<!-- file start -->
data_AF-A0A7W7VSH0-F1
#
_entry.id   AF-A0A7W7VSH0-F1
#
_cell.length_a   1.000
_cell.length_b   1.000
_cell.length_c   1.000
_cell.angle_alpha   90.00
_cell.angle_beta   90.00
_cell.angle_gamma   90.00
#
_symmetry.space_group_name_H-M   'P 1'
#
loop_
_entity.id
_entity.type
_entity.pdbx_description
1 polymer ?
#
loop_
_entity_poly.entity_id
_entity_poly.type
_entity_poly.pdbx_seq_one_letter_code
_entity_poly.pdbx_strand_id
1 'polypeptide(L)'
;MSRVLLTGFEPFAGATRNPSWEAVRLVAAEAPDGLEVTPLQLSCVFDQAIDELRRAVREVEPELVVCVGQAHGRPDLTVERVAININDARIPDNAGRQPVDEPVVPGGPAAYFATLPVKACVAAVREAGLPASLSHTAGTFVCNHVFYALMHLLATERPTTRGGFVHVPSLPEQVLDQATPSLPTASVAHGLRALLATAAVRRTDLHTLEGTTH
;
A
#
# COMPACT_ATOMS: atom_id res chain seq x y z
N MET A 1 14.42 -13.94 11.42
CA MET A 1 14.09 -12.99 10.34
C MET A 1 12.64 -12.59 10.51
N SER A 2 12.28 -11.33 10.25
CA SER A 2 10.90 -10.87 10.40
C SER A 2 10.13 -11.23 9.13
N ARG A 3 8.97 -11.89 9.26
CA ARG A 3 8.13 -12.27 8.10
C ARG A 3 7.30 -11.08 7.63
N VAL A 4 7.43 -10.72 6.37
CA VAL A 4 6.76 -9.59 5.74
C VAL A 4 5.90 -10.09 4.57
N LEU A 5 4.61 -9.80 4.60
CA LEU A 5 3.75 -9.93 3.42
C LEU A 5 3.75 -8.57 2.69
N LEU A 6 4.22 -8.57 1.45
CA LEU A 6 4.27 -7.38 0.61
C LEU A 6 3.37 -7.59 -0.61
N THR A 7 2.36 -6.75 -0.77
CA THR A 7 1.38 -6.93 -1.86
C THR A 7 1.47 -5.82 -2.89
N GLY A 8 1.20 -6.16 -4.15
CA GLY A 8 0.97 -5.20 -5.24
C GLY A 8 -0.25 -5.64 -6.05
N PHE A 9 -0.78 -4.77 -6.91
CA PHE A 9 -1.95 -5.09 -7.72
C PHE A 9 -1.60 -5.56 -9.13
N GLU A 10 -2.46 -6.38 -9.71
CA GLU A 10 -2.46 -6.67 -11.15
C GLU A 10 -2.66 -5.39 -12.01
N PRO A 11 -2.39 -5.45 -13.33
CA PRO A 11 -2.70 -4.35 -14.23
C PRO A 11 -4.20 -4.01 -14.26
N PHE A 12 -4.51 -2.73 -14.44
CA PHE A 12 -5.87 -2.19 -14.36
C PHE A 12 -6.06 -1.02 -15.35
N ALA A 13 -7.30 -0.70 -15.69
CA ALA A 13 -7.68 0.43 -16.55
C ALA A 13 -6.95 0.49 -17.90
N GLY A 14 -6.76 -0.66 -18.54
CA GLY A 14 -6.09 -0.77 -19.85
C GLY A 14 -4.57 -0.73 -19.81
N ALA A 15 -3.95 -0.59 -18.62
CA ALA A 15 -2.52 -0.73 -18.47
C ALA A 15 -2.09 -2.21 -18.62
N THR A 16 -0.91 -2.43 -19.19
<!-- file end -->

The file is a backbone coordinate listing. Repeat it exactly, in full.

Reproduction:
data_AF-A0A7W7VSH0-F1
#
_entry.id   AF-A0A7W7VSH0-F1
#
_cell.length_a   1.000
_cell.length_b   1.000
_cell.length_c   1.000
_cell.angle_alpha   90.00
_cell.angle_beta   90.00
_cell.angle_gamma   90.00
#
_symmetry.space_group_name_H-M   'P 1'
#
loop_
_entity.id
_entity.type
_entity.pdbx_description
1 polymer ?
#
loop_
_entity_poly.entity_id
_entity_poly.type
_entity_poly.pdbx_seq_one_letter_code
_entity_poly.pdbx_strand_id
1 'polypeptide(L)'
;MSRVLLTGFEPFAGATRNPSWEAVRLVAAEAPDGLEVTPLQLSCVFDQAIDELRRAVREVEPELVVCVGQAHGRPDLTVERVAININDARIPDNAGRQPVDEPVVPGGPAAYFATLPVKACVAAVREAGLPASLSHTAGTFVCNHVFYALMHLLATERPTTRGGFVHVPSLPEQVLDQATPSLPTASVAHGLRALLATAAVRRTDLHTLEGTTH
;
A
#
# COMPACT_ATOMS: atom_id res chain seq x y z
N MET A 1 14.42 -13.94 11.42
CA MET A 1 14.09 -12.99 10.34
C MET A 1 12.64 -12.59 10.51
N SER A 2 12.28 -11.33 10.25
CA SER A 2 10.90 -10.87 10.40
C SER A 2 10.13 -11.23 9.13
N ARG A 3 8.97 -11.89 9.26
CA ARG A 3 8.13 -12.27 8.10
C ARG A 3 7.30 -11.08 7.63
N VAL A 4 7.43 -10.72 6.37
CA VAL A 4 6.76 -9.59 5.74
C VAL A 4 5.90 -10.09 4.57
N LEU A 5 4.61 -9.80 4.60
CA LEU A 5 3.75 -9.93 3.42
C LEU A 5 3.75 -8.57 2.69
N LEU A 6 4.22 -8.57 1.45
CA LEU A 6 4.27 -7.38 0.61
C LEU A 6 3.37 -7.59 -0.61
N THR A 7 2.36 -6.75 -0.77
CA THR A 7 1.38 -6.93 -1.86
C THR A 7 1.47 -5.82 -2.89
N GLY A 8 1.20 -6.16 -4.15
CA GLY A 8 0.97 -5.20 -5.24
C GLY A 8 -0.25 -5.64 -6.05
N PHE A 9 -0.78 -4.77 -6.91
CA PHE A 9 -1.95 -5.09 -7.72
C PHE A 9 -1.60 -5.56 -9.13
N GLU A 10 -2.46 -6.38 -9.71
CA GLU A 10 -2.46 -6.67 -11.15
C GLU A 10 -2.66 -5.39 -12.01
N PRO A 11 -2.39 -5.45 -13.33
CA PRO A 11 -2.70 -4.35 -14.23
C PRO A 11 -4.20 -4.01 -14.26
N PHE A 12 -4.51 -2.73 -14.44
CA PHE A 12 -5.87 -2.19 -14.36
C PHE A 12 -6.06 -1.02 -15.35
N ALA A 13 -7.30 -0.70 -15.69
CA ALA A 13 -7.68 0.43 -16.55
C ALA A 13 -6.95 0.49 -17.90
N GLY A 14 -6.76 -0.66 -18.54
CA GLY A 14 -6.09 -0.77 -19.85
C GLY A 14 -4.57 -0.73 -19.81
N ALA A 15 -3.95 -0.59 -18.62
CA ALA A 15 -2.52 -0.73 -18.47
C ALA A 15 -2.09 -2.21 -18.62
N THR A 16 -0.91 -2.43 -19.19